9. For me it is a pattern called the Dreamsicle. It is a nymph, woven body with white and orange floss. Tried it on the Big Horn at Ft. Smith in the 80s because some guide was raving about it. Caught a very large sucker on the first cast and threw all six of the flies in the river. I did release the sucker and then had to wash my hands. Bad JuJu with that fly.
  10. I agree on the raft hatch on the Box Canyon of the Henry's Fork. Got run over by a bunch of Boy Scouts there once. They got an education in cursing! The other would be the Salmonfly Hatch on the Madison. Mainly because it can be so hard to find the "head of the hatch".
  11. I had the same thoughts as ShoeBop. I is interesting to know that you guys spend time on Moldy Chum as well. Check out Buster Wants to Fish.
  12. As a matter of interest, these appear to be a close match to Blane Chocklett's Game Changer. A quick Google should reveal the tying instructions and as well, there is a great selection of the fish spines( flymen makes them) and a lot of the specialized material for tying these in different colors at the Bear's Den Fly Shop. Chocklett uses some Clear Goo on the tail to get more of a forked look but these look really well done. The materials that he markets are pricey but certainly simplify the task. Well Done!!!
  13. Try looking at some of Hammer Creek Flyfishing's videos. You can learn a lot from those.
  14. Hey Noah. I was going to suggest Montana or Wyoming.
  15. Flytire: Is that thread damn a verb or a noun?
  16. Thanks fellows. Having seen the photo of the treadle machine in the museum in West Yellowstone, I remembered seeing it before. That probably is the most sensible of the powered vises. It is an interesting concept and clearly demonstrates the unending creativity of those who engage in this hobby , craft or trade as the case may be. I still want to google the powered vise.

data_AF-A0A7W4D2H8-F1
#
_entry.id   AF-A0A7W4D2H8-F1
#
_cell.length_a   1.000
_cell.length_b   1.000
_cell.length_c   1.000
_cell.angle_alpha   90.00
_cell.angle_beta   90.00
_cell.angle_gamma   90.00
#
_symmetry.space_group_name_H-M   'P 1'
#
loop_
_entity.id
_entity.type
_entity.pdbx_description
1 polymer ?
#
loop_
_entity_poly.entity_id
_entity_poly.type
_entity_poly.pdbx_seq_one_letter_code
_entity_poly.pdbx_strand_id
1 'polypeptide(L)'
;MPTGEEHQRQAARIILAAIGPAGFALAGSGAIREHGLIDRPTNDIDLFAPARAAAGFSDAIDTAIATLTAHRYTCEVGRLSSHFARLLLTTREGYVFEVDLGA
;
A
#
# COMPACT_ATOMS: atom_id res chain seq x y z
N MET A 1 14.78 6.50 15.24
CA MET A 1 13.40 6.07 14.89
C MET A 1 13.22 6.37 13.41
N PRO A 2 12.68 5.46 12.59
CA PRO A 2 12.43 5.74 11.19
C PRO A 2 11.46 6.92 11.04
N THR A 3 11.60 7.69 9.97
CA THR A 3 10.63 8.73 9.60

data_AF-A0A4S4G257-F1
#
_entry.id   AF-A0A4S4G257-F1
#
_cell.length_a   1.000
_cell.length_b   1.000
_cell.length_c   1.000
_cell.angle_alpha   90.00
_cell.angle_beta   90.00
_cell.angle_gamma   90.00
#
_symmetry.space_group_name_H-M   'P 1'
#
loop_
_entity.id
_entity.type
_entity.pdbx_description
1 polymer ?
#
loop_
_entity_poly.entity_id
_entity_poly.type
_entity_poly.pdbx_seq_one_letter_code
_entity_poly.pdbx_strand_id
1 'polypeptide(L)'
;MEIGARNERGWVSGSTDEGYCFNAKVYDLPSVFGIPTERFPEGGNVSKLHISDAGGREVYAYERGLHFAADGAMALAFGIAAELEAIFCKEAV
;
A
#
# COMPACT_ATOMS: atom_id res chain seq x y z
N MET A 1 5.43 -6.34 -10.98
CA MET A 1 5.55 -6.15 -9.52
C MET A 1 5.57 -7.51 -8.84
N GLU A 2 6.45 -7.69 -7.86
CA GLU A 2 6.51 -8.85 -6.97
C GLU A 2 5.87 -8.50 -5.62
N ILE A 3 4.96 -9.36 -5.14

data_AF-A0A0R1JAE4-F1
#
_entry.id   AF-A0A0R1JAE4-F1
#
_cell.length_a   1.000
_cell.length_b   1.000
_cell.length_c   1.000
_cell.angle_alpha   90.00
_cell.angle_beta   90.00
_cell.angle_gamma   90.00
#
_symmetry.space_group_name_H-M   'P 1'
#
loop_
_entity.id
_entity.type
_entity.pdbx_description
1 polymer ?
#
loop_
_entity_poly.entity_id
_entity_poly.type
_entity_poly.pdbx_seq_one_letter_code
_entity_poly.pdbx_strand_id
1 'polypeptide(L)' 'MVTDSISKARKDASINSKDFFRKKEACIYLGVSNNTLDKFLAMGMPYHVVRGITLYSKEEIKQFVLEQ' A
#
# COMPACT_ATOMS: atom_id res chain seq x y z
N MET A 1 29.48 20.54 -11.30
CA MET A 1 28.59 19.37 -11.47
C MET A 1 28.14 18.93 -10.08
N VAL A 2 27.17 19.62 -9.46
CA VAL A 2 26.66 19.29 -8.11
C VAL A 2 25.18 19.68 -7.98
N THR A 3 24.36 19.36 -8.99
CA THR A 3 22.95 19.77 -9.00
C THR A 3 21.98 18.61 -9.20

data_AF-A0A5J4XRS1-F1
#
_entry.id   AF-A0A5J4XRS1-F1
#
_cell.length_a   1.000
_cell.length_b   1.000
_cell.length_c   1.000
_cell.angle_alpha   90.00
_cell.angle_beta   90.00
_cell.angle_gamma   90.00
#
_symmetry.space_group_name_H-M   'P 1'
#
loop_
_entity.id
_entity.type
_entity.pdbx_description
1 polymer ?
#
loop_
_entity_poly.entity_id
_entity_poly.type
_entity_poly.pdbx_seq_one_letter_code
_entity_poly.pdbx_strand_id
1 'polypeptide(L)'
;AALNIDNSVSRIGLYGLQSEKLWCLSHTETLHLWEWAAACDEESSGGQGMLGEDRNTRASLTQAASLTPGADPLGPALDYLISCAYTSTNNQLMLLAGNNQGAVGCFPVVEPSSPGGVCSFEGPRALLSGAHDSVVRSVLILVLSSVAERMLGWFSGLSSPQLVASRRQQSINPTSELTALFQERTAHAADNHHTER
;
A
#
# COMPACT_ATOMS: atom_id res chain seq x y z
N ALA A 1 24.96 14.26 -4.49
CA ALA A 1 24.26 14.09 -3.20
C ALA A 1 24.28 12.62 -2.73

17. I was talking to a buddy the other day who told me of a guy in Nova Scotia who had rigged up a DanVise to be powered by an electric drill. He said the guy demonstrated it using a NorVise bobbin and it actually worked fairly well. Just out of interest, have any of you ever seen or heard of such a thing? If so, pictures would be of interest. It is always amazing what types of innovations or contraptions fly tiers can come up with!
  18. I have to say that, in my estimation, all of this technobabble about barb stiffness and density makes about as much sense and also about the poorest reading imaginable. Call me a romantic fool, but isn't fly tying more about art than science? Leave that to the people at Whiting, Metz or wherever and try to gain some simple enjoyment from this craft. One of the most satisfying flies I ever tied used an Indian saddle hackle about three sizes too large and looked nothing like I intended it to. It did catch me the first fish I ever caught on a fly. Some folks take their own rhetoric entirely too seriously.
  19. It is a very nice setup. It is a lot easier to tie a lot of flies if your space isn't dark and dingy. I really liked the track lighting. Great idea!
  20. I am with flytire--Joe's or a Dave's Hopper. They ride lower in the surface folm which seems to make them work well.
  21. I have a peak and looked at the mongoose. I have no doubt it works fine but the peak has more features and add-ons which are useful( see accessory post). This ability to slightly customize sold me on it. They also have a saltwater jaw that you might want to look at. Have fun!!!
  22. Trico spinners off your favorite hopper pattern is a terrific combination on most tailwaters.
  23. I made the thread holder but my wife got me the platform from a Colorado outfit.
  24. Terrific desk and very talented friend. In a couple of months the thread rack will be full, the desk buried under fur and feathers and various fly patterns will be hanging off of anything they can. Welcome to the fun!
  25. Great simple caddis pattern using your usual fine technique. And--just in time for caddis season to get rolling. Do you do this in any other colors? Thanks again.